© LILA Foundation
Eddin Khoo is a poet, writer, translator, journalist and teacher. The Founder of the cultural organisation PUSAKA ~ Centre for Culture, Tradition, Ideas, he is the co-author of a book on traditional woodcarving entitled The Spirit of Wood. He is the author of several forthcoming books, including a collection of poetry All the World Figure, a scholarly study, Storm Clouds: Islam, Politics and Performance in a Malay State, a travel narrative, The Verandah of Mecca and a book of essays entitled The Muslim Predicament. His latest translation effort into the Malay language is Leaves of Grass by Walt Whitman. His translations into English of the Indonesian poet Goenawan Mohamad and the Malaysian poet Latiff Mohidin will be published in 2015-2016. Eddin Khoo resides in Kuala Lumpur.
Raj Liberhan, the Director of India Habitat Centre (IHC), Delhi, chaired the lecture and moderated the discussion. He has held a significant range of responsibilities at the senior level in government, public sector and NGO environments, for more than four decades.
© Nithil Dennis
The lecture: Shadow puppetry is possibly the most distinctive performance tradition associated with Southeast Asia. Encapsulating within its narrative the diverse historical and religious influences that have shaped the cultural plinth of the region, the life of shadow puppetry has also undergone countless incarnations and exists today in ritual, folk, classical and popular forms. Puppetry as a Paradigm of Continuity traces the historical roots, practice and performance of puppetry within the Southeast Asian, and more particularly the Malaysian context. It explores the evolution of such principal epics as the Mahabharata and Ramayana within the Southeast Asian landscape, the role and purpose of ritual within the shadow puppet tradition as well as the vital and innate possibilities for reinvention that have ensured its continued practice, even as it encounters challenges to its viability by agencies of the modern state.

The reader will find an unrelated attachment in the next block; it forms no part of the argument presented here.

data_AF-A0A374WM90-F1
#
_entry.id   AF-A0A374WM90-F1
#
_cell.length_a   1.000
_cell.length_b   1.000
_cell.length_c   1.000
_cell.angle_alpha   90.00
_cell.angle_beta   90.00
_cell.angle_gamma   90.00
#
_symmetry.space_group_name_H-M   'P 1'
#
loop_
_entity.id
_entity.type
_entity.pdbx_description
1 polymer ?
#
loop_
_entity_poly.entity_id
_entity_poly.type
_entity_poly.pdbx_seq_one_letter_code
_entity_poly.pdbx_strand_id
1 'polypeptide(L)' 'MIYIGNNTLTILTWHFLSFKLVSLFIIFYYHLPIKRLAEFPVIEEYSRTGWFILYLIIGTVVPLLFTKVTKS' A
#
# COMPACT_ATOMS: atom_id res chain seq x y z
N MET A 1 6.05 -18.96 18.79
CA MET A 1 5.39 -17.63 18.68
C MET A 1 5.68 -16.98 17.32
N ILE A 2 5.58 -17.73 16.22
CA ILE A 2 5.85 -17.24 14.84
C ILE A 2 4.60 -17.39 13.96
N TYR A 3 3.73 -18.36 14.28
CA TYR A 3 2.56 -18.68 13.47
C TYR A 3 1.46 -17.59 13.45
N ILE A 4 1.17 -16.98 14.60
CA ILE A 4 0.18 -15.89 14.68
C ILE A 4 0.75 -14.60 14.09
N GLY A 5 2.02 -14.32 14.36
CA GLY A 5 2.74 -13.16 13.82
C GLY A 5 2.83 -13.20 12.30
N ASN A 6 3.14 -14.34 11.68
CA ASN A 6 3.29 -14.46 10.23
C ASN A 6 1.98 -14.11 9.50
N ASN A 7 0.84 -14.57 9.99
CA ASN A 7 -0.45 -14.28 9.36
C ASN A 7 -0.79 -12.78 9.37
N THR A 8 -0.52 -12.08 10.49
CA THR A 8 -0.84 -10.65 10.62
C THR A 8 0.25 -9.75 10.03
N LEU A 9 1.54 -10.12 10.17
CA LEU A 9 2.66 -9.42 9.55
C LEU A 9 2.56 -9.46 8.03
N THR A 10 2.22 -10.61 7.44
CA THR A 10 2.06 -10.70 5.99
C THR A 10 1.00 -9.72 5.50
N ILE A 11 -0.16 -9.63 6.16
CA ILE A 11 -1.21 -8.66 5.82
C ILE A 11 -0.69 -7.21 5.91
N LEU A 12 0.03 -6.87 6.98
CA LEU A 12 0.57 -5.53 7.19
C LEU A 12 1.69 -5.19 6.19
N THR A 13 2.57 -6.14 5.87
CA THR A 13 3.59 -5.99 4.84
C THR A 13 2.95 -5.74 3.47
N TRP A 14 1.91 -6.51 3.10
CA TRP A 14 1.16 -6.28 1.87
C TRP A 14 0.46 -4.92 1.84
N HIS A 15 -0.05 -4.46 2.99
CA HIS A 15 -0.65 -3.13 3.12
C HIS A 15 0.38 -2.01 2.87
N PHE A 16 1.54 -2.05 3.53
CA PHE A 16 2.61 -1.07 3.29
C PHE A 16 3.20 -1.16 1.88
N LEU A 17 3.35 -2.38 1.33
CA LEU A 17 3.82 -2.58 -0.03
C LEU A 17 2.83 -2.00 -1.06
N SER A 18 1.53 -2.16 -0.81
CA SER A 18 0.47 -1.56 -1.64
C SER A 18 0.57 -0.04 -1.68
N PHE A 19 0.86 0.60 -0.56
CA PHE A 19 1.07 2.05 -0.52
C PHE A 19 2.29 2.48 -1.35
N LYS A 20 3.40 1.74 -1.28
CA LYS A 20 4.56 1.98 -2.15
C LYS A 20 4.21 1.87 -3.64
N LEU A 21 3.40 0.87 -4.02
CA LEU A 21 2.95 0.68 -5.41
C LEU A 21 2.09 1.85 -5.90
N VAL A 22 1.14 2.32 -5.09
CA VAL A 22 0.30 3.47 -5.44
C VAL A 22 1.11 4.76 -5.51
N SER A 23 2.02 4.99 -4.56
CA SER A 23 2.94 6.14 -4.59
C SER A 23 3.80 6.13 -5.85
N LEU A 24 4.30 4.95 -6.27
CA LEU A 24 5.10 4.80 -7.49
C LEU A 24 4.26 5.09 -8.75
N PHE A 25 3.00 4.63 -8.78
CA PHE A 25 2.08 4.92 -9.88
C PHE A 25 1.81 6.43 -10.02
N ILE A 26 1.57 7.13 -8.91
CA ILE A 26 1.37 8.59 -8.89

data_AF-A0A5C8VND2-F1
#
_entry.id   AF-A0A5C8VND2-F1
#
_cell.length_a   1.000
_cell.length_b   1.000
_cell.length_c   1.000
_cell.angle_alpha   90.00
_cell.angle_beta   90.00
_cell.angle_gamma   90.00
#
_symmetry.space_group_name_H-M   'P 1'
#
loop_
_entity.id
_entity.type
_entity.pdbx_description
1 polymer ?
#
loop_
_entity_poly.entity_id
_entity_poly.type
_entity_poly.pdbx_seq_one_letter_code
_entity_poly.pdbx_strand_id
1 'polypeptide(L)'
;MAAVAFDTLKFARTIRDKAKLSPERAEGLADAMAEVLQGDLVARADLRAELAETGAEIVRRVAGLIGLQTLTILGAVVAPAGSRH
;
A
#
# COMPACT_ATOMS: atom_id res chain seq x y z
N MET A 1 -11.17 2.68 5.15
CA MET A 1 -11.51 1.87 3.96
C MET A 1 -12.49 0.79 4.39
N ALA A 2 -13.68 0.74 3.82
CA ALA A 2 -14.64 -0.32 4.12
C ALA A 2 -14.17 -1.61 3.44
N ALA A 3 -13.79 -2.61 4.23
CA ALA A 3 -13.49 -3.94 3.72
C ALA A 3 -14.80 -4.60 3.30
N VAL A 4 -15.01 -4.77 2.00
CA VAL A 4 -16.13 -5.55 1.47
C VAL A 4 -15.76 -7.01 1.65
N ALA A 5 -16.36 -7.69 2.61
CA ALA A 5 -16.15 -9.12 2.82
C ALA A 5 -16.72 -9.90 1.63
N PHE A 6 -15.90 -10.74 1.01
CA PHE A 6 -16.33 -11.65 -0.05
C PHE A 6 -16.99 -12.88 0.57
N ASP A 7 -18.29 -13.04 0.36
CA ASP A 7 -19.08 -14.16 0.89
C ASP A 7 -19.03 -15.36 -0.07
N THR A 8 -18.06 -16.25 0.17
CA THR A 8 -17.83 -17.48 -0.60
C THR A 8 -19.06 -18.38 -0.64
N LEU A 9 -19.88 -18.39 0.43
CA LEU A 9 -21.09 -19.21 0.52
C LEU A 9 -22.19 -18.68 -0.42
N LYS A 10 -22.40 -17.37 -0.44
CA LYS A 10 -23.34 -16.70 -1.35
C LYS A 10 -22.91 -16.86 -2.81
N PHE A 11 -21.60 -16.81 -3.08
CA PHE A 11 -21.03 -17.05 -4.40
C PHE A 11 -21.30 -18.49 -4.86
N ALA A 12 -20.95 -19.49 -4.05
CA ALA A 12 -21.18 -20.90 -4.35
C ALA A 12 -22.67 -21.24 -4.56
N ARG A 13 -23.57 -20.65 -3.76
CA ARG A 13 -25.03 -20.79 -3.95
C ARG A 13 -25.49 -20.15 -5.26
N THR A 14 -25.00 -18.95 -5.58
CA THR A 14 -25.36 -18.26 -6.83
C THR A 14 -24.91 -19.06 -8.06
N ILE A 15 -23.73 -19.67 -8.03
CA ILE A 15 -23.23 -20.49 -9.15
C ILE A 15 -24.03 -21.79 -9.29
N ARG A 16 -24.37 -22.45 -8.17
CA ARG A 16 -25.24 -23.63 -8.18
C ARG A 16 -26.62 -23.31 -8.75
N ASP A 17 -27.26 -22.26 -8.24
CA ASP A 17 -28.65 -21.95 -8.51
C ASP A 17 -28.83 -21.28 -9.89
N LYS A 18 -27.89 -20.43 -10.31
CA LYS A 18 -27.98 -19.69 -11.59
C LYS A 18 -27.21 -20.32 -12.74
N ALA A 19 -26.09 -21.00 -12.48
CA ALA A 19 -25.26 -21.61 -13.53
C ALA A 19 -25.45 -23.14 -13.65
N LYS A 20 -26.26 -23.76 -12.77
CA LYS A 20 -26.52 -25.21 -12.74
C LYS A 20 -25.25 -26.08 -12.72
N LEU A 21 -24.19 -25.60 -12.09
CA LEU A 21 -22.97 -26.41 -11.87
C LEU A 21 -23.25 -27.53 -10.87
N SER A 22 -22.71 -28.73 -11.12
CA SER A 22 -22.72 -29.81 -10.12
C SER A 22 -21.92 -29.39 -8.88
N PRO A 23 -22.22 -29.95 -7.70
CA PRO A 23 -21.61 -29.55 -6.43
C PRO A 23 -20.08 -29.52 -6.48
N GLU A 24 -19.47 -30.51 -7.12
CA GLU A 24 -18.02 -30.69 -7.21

© Nithil Dennis
Puppetry, a paradigm of continuity. Why?
Opening the PRISM Lecture Series 2014 on Cultural Continuum with Malaysian cultural conservationist Eddin Khoo was a hint at the ambitious spatial and temporal scope of the debate. South East Asia is a cultural crossroad, echoing the multiplicity inherent in Indian traditions, and, in fact, often genealogically related to them. But, the spread of Sanskrit as the lingua franca of literature and the arts around the turn of the first millennium, or the simultaneous spread of Hinduism and Buddhism, should not reduce the region to a mere offspring of Indian cultures. What makes South East Asian culture, then? What is Malaysian culture? Eddin Khoo recalls the interrogation he offers to initiate with his students. “What is the Malay identity?” The only available answers are constitutional. Never cultural. A unified, common cultural history cannot easily be found. And it is precisely through culture, and through the multiplicity of cultures, that the concept of identity can be questioned. Through culture, the ubiquitous starting point of today’s political climates can be shaken.
But where is this culture to be found? When Eddin Khoo started to look at the traditions of Ramayanic shadow puppetry of North Malaysia, those practices were at the centre of a blind spot, attracting no public interest and receiving very less, if any, intellectual interpretation. At the heart of their practices, nonetheless, was the fabric of Malaysian culture, one of its most crucial body of influences, the content of today’s oft-praised ‘multiculturalism’. Looking at those ritualistic performances, one discovers the cracks between the clean lines of official histories. South East Asia did not just grow through a unilateral progression from animism to Hinduism-Buddhism and finally Islam, alongside the settling of Buddhism. Wars, conflicts, cultural encounters and economic exchanges had brought layers of unsuspected cultural subtleties.